In college, it was drilled into my head pretty hard that when selling, you are to sell the benefits, not the features. I’ve found taking it a step further than that to be more successful, but we’ll cover that in a sec. First, it’s important to understand the difference between a benefit and a feature, and why my advertising professors taught that rule.
Let’s use an example and say you’re selling a basketball shoe that helps people jump higher, and you decided to market to high school boy basketball players.
The features of the shoe would be the advanced rubber with spring-like abilities, and the specifically-engineered ratio of rubber squares in the heal per square inch of the shoe…wake me up, I fell asleep, and I don’t want to buy your stupid shoe.
The benefits of the shoe would be the effects of the features, which would be that wearing the shoes makes you jump higher…that’s a little more exciting, I’d like to jump higher. I’ll consider buying your shoe.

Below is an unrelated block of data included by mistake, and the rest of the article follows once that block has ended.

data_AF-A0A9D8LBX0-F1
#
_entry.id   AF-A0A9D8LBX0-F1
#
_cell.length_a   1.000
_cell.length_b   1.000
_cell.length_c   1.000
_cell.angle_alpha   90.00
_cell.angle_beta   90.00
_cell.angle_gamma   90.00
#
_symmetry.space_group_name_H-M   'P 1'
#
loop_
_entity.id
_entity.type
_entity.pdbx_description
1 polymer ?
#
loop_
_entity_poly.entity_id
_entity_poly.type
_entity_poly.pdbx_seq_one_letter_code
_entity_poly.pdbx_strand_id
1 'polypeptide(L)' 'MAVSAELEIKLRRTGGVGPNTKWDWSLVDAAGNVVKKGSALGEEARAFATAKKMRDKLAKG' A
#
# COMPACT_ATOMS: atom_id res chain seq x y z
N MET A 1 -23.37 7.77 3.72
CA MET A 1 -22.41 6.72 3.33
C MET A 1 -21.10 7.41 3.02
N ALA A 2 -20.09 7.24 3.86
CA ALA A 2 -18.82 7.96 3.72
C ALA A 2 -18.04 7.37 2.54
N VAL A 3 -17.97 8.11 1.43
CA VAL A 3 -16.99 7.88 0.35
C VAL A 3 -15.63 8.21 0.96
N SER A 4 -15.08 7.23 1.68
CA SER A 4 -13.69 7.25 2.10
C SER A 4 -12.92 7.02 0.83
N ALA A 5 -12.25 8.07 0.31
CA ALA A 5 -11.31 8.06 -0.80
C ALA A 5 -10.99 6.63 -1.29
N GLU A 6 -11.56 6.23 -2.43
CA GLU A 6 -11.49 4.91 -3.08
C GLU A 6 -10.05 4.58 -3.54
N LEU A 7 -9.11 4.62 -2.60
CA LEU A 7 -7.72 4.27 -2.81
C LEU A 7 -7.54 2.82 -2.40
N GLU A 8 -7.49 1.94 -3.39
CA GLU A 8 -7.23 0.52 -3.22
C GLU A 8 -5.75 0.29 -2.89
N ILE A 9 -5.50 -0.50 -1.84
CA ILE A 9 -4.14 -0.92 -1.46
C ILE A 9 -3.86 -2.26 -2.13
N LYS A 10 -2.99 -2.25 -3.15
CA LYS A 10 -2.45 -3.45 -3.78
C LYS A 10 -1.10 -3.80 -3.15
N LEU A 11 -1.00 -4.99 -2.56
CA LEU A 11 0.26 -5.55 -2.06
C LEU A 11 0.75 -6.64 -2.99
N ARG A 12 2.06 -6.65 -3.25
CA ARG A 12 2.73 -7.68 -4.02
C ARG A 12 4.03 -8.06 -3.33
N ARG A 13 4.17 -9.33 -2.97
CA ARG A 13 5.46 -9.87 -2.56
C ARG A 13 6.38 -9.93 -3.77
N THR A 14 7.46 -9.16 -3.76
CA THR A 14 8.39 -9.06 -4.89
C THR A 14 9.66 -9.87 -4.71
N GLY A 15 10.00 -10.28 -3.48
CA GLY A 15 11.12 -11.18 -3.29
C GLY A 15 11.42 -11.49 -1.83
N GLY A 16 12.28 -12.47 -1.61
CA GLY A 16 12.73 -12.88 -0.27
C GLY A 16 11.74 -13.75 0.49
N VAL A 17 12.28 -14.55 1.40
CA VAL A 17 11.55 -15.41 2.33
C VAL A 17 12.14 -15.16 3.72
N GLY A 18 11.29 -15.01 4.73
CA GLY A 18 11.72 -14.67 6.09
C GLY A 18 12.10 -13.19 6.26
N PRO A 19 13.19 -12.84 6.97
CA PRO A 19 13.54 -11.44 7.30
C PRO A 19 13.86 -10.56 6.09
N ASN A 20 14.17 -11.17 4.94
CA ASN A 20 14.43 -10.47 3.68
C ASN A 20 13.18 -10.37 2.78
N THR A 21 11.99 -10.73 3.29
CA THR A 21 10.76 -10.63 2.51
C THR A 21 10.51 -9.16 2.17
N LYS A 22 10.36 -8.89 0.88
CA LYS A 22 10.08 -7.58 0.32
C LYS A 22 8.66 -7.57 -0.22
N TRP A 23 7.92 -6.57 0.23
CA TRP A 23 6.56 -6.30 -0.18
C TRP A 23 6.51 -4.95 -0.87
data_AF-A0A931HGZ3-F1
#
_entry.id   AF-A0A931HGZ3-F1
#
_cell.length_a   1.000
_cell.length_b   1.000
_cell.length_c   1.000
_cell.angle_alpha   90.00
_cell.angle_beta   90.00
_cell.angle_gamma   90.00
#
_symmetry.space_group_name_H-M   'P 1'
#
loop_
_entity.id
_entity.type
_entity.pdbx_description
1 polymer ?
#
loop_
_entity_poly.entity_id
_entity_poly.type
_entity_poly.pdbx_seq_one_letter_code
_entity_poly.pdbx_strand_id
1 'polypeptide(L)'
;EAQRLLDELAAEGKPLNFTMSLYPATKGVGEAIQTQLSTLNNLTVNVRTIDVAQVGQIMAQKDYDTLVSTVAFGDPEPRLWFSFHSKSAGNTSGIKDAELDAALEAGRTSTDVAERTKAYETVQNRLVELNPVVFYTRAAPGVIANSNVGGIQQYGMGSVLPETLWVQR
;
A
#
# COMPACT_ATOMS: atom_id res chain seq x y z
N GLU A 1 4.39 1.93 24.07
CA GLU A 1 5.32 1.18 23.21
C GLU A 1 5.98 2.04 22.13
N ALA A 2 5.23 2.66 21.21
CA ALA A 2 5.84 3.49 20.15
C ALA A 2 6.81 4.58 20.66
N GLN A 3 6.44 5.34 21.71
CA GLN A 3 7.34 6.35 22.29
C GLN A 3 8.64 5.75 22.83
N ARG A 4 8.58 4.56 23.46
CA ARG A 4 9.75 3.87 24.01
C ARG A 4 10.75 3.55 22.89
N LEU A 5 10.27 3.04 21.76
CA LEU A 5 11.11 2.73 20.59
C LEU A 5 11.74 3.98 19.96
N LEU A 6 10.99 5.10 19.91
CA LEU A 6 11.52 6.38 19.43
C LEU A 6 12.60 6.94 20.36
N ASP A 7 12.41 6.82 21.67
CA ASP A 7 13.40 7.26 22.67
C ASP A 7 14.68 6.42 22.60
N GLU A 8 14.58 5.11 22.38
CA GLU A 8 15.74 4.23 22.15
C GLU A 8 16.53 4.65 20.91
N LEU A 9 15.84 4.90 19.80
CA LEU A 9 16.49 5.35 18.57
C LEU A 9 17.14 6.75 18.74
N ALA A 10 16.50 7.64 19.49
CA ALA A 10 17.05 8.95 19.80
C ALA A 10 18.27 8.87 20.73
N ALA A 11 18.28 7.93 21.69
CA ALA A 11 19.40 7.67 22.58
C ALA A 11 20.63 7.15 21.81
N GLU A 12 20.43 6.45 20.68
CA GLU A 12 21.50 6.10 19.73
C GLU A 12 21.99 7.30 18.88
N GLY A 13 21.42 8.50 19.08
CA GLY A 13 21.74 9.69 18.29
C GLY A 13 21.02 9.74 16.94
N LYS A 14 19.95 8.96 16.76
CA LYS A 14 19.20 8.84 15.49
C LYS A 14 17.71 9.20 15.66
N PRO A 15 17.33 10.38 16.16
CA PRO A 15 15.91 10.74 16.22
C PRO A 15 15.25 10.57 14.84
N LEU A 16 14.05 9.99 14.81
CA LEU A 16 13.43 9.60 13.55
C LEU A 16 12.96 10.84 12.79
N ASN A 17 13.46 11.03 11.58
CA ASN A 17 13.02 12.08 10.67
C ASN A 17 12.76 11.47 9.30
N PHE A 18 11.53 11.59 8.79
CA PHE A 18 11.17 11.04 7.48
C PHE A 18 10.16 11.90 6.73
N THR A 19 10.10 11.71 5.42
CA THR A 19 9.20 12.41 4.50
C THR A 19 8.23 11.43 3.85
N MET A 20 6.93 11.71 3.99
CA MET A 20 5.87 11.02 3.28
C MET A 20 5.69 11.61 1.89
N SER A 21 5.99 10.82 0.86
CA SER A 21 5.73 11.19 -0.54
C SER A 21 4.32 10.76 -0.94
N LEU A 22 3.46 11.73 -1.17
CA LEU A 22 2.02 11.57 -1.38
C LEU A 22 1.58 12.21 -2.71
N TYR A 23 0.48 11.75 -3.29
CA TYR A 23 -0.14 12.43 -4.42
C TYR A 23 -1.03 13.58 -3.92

Benefits are strong, but you know what’s stronger? The potential outcome.
The potential outcome is basically the benefit of the benefit. What life might look like after buying these shoes. Selling the outcome would be alluding to the fact that buying and wearing these shoes could get you into the NBA, because you’ll be able to jump higher. Wow! Where do I send my $99.99? I need these shoes!
Obviously you can’t make false claims, but that’s why I said to “allude” to it. Paint a blurry picture and let the customer’s brain fill in the gaps.
If you’re not sure how to come up with the outcome, just keep asking yourself “why?”.
Why would a high school boy basketball player buy these shoes?
Because they have awesome technology.
Why would he care about that awesome technology?
Because it makes him jump higher.
Why would he care about jumping higher?
Because he would be able to dunk.
Why would he want to dunk?
Because NBA players can dunk, so maybe he’ll make it into the NBA.
Create a lifestyle image in the heads of your customers and let their emotions and imaginations do the heavy lifting by looking beyond the features and benefits, and selling the outcome.